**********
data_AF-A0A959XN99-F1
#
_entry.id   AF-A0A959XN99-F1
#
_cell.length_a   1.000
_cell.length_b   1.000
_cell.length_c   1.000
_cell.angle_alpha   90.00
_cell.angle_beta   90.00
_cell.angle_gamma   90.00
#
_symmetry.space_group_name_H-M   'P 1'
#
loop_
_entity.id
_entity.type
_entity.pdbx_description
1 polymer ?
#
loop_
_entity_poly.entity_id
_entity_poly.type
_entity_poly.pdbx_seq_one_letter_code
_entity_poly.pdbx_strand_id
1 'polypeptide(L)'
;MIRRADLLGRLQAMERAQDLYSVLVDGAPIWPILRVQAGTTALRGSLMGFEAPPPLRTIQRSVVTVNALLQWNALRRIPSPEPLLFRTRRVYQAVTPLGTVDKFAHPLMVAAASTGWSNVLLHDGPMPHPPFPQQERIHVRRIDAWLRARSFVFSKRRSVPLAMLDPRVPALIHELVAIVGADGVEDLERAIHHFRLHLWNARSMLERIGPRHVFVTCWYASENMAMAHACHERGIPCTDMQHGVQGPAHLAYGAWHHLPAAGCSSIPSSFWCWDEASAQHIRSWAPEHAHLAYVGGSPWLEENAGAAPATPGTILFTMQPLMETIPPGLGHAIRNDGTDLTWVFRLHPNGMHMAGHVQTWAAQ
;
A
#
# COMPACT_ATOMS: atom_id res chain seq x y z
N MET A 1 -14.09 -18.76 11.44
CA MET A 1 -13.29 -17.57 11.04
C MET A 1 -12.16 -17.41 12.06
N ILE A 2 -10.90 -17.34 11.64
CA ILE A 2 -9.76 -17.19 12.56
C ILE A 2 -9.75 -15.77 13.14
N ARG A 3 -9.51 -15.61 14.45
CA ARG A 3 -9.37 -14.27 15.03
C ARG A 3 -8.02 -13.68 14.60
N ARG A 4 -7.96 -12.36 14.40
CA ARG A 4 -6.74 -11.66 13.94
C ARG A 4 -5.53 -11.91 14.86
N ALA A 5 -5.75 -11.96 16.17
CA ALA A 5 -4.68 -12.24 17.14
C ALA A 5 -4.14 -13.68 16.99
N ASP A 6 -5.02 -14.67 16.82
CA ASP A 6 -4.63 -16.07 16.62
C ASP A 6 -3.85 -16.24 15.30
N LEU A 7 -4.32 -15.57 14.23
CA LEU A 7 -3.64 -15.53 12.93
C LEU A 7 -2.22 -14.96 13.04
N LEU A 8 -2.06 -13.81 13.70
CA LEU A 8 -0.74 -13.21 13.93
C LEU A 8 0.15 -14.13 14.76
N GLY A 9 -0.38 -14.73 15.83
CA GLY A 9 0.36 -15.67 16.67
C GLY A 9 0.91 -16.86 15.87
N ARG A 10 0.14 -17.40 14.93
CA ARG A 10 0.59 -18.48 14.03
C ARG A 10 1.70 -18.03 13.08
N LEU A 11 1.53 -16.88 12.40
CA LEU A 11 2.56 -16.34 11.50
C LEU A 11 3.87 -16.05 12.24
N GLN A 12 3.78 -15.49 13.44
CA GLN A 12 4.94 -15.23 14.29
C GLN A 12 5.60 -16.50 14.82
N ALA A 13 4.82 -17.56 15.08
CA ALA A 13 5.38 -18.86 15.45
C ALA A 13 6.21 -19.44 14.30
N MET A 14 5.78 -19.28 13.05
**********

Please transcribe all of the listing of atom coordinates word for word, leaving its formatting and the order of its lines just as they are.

data_AF-A0A959XN99-F1
#
_entry.id   AF-A0A959XN99-F1
#
_cell.length_a   1.000
_cell.length_b   1.000
_cell.length_c   1.000
_cell.angle_alpha   90.00
_cell.angle_beta   90.00
_cell.angle_gamma   90.00
#
_symmetry.space_group_name_H-M   'P 1'
#
loop_
_entity.id
_entity.type
_entity.pdbx_description
1 polymer ?
#
loop_
_entity_poly.entity_id
_entity_poly.type
_entity_poly.pdbx_seq_one_letter_code
_entity_poly.pdbx_strand_id
1 'polypeptide(L)'
;MIRRADLLGRLQAMERAQDLYSVLVDGAPIWPILRVQAGTTALRGSLMGFEAPPPLRTIQRSVVTVNALLQWNALRRIPSPEPLLFRTRRVYQAVTPLGTVDKFAHPLMVAAASTGWSNVLLHDGPMPHPPFPQQERIHVRRIDAWLRARSFVFSKRRSVPLAMLDPRVPALIHELVAIVGADGVEDLERAIHHFRLHLWNARSMLERIGPRHVFVTCWYASENMAMAHACHERGIPCTDMQHGVQGPAHLAYGAWHHLPAAGCSSIPSSFWCWDEASAQHIRSWAPEHAHLAYVGGSPWLEENAGAAPATPGTILFTMQPLMETIPPGLGHAIRNDGTDLTWVFRLHPNGMHMAGHVQTWAAQ
;
A
#
# COMPACT_ATOMS: atom_id res chain seq x y z
N MET A 1 -14.09 -18.76 11.44
CA MET A 1 -13.29 -17.57 11.04
C MET A 1 -12.16 -17.41 12.06
N ILE A 2 -10.90 -17.34 11.64
CA ILE A 2 -9.76 -17.19 12.56
C ILE A 2 -9.75 -15.77 13.14
N ARG A 3 -9.51 -15.61 14.45
CA ARG A 3 -9.37 -14.27 15.03
C ARG A 3 -8.02 -13.68 14.60
N ARG A 4 -7.96 -12.36 14.40
CA ARG A 4 -6.74 -11.66 13.94
C ARG A 4 -5.53 -11.91 14.86
N ALA A 5 -5.75 -11.96 16.17
CA ALA A 5 -4.68 -12.24 17.14
C ALA A 5 -4.14 -13.68 16.99
N ASP A 6 -5.02 -14.67 16.82
CA ASP A 6 -4.63 -16.07 16.62
C ASP A 6 -3.85 -16.24 15.30
N LEU A 7 -4.32 -15.57 14.23
CA LEU A 7 -3.64 -15.53 12.93
C LEU A 7 -2.22 -14.96 13.04
N LEU A 8 -2.06 -13.81 13.70
CA LEU A 8 -0.74 -13.21 13.93
C LEU A 8 0.15 -14.13 14.76
N GLY A 9 -0.38 -14.73 15.83
CA GLY A 9 0.36 -15.67 16.67
C GLY A 9 0.91 -16.86 15.87
N ARG A 10 0.14 -17.40 14.93
CA ARG A 10 0.59 -18.48 14.03
C ARG A 10 1.70 -18.03 13.08
N LEU A 11 1.53 -16.88 12.40
CA LEU A 11 2.56 -16.34 11.50
C LEU A 11 3.87 -16.05 12.24
N GLN A 12 3.78 -15.49 13.44
CA GLN A 12 4.94 -15.23 14.29
C GLN A 12 5.60 -16.50 14.82
N ALA A 13 4.82 -17.56 15.08
CA ALA A 13 5.38 -18.86 15.45
C ALA A 13 6.21 -19.44 14.30
N MET A 14 5.78 -19.28 13.05